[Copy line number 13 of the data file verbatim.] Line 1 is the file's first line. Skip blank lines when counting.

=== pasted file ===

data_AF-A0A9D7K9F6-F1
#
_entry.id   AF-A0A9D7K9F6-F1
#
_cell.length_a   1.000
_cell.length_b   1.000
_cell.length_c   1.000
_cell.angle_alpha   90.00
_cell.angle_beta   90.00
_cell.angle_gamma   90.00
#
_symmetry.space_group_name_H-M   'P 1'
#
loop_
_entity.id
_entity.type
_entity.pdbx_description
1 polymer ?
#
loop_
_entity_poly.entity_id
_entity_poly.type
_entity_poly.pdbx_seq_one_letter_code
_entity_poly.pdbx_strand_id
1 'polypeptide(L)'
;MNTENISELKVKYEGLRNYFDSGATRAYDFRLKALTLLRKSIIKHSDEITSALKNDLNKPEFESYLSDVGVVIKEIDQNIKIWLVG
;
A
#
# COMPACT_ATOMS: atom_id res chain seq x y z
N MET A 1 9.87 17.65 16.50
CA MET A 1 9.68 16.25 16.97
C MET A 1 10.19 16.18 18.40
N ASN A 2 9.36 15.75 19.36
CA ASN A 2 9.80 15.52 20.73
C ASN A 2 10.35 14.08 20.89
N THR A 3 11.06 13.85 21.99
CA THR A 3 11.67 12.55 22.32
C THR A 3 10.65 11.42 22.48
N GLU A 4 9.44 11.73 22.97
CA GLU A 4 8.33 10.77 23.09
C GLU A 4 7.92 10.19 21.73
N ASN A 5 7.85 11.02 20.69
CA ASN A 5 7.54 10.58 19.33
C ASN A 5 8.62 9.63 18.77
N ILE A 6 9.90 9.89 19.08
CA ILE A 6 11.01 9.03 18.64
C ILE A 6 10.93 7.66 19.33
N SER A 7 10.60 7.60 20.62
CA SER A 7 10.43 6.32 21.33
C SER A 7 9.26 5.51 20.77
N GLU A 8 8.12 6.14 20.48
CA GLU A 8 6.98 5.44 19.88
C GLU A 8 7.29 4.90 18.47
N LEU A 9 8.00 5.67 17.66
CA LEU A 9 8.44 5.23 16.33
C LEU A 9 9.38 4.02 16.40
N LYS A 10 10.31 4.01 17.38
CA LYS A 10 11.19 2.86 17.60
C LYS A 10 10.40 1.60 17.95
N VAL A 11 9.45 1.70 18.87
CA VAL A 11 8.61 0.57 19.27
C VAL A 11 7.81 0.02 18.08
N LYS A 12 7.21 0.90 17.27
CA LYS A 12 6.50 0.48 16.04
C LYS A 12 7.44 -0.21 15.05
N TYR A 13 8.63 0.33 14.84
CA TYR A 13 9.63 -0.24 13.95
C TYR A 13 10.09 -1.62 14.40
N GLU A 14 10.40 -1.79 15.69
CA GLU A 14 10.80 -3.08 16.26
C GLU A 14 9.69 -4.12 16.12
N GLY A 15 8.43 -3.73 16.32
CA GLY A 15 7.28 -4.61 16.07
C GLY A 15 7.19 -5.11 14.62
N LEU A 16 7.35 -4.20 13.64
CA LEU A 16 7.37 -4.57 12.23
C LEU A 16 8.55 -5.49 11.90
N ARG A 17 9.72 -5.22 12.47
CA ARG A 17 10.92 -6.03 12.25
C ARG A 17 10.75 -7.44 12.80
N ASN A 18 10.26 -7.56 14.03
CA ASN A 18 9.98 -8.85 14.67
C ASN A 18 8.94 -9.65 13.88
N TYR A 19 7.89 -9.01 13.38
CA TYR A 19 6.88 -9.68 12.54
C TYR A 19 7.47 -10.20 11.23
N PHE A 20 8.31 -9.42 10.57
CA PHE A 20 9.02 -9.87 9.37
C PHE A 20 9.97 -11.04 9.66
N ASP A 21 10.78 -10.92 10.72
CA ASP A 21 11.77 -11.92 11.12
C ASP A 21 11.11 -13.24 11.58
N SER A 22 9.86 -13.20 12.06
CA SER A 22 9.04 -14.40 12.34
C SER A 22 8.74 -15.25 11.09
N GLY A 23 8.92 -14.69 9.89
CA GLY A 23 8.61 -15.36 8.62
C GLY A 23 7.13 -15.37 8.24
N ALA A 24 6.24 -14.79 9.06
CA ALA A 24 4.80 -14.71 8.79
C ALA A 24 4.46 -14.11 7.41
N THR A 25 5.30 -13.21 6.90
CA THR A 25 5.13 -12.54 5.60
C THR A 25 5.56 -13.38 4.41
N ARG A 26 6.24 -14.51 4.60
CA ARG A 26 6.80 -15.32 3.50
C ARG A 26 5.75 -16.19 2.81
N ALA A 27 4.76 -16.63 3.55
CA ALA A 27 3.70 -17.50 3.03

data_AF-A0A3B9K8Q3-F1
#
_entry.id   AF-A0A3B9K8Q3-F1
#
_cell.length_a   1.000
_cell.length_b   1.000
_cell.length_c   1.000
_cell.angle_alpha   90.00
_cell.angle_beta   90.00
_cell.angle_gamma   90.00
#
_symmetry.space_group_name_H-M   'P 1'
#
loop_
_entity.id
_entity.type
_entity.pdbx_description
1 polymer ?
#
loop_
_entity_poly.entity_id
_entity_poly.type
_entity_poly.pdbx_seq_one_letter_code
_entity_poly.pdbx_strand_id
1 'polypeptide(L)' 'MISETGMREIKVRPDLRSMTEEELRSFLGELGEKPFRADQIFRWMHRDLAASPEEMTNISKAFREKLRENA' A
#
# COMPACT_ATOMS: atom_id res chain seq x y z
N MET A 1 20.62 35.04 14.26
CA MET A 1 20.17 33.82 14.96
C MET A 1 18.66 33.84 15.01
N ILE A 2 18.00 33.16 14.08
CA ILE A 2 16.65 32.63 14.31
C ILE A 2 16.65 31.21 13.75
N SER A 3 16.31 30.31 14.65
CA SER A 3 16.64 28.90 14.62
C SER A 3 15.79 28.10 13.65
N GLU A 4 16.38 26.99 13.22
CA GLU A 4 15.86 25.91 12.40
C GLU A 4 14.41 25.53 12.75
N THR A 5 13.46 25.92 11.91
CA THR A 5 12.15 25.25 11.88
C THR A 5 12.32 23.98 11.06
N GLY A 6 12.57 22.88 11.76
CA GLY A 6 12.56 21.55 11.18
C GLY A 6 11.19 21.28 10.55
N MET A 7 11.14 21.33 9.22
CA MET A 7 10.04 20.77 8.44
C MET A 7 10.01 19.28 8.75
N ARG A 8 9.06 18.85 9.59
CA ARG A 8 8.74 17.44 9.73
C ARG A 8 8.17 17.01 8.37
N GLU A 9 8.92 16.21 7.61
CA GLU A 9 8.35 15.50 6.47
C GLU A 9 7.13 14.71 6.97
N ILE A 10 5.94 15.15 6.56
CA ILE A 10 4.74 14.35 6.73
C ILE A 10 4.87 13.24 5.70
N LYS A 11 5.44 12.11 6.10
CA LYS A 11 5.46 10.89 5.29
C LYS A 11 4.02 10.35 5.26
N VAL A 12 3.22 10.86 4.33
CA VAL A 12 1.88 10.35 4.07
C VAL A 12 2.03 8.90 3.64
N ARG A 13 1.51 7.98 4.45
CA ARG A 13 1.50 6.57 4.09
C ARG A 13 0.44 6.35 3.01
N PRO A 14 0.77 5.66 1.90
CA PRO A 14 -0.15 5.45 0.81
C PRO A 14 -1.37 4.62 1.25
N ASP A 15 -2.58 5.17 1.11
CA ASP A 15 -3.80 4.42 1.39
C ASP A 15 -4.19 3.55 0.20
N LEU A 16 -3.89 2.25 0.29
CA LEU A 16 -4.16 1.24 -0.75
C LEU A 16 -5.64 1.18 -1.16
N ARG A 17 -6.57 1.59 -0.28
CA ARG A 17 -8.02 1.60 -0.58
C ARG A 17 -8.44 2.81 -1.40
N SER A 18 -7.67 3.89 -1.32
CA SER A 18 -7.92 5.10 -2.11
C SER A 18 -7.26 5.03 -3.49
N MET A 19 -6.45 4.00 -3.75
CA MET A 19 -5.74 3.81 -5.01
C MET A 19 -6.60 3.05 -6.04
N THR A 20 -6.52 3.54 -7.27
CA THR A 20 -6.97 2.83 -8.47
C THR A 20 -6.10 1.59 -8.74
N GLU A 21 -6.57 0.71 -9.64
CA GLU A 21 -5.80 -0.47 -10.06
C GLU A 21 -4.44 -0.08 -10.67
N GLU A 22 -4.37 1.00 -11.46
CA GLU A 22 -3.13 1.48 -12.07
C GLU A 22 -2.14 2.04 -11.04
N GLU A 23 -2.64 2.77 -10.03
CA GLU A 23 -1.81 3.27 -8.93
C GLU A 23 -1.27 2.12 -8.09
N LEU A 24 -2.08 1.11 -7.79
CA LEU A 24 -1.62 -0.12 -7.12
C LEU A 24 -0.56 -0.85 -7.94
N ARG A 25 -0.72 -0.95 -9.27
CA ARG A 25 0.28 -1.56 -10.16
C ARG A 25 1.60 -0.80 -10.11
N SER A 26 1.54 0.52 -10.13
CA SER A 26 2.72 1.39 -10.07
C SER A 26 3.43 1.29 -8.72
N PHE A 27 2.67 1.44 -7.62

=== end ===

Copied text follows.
#